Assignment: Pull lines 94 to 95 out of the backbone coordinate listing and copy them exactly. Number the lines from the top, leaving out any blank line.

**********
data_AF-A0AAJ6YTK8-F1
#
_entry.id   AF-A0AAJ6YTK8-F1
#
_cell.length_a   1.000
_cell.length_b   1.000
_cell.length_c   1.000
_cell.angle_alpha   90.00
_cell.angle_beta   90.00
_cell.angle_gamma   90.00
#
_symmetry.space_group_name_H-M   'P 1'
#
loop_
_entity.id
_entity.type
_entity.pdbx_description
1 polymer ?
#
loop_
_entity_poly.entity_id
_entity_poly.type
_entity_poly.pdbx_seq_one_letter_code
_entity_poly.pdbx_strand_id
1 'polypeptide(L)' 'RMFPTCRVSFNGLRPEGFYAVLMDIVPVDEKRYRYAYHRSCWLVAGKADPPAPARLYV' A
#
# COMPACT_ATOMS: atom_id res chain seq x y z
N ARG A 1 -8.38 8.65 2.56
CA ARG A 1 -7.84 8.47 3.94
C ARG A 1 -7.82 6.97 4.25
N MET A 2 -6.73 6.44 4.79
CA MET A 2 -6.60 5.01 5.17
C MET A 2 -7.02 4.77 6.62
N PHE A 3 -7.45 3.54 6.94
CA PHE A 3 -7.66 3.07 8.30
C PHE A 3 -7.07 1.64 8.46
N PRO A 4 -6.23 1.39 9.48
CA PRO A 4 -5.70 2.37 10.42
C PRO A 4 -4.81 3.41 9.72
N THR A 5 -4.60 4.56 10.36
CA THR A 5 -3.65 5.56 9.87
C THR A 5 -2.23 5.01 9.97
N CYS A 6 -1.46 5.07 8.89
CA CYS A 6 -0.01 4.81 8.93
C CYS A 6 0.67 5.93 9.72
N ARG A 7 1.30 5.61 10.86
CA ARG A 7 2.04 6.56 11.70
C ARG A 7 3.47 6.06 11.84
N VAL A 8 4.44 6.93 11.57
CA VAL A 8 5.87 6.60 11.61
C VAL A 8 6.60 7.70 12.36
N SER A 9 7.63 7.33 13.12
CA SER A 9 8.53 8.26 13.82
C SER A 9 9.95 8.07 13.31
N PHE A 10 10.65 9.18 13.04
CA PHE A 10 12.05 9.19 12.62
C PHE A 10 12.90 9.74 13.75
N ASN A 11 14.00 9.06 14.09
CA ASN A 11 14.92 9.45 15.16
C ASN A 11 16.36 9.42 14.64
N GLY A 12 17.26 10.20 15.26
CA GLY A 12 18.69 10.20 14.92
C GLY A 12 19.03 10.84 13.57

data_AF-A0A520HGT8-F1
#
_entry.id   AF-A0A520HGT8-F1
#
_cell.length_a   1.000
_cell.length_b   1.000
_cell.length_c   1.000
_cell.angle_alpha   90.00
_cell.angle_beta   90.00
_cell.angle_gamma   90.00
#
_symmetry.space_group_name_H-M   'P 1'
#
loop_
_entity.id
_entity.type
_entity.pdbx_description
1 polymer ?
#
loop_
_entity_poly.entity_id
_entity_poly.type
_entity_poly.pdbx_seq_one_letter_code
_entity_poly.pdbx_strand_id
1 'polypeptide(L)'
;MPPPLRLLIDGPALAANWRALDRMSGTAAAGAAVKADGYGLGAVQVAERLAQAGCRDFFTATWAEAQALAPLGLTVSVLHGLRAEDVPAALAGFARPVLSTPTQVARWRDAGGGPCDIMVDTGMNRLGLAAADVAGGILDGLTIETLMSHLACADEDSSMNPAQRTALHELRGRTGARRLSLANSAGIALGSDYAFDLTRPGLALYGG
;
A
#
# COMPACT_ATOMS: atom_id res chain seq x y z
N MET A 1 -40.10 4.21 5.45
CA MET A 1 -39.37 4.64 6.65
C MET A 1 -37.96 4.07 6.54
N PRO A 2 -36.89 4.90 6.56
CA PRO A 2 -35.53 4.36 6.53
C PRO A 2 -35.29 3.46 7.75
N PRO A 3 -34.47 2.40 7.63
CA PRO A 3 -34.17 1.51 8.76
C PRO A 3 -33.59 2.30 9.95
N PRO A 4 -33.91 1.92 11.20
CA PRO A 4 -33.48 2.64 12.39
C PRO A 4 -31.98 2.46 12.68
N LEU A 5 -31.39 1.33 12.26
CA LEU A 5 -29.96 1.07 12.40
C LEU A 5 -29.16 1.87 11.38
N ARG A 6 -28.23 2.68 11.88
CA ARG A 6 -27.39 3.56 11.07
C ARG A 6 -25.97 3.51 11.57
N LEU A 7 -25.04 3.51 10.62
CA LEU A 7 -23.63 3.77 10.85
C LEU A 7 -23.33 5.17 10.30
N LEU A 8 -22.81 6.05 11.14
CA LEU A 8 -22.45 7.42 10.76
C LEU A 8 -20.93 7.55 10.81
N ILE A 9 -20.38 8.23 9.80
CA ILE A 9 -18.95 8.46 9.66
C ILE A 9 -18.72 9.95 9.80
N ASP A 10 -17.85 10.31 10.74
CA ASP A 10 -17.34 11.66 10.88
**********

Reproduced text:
N MET A 1 -40.10 4.21 5.45
CA MET A 1 -39.37 4.64 6.65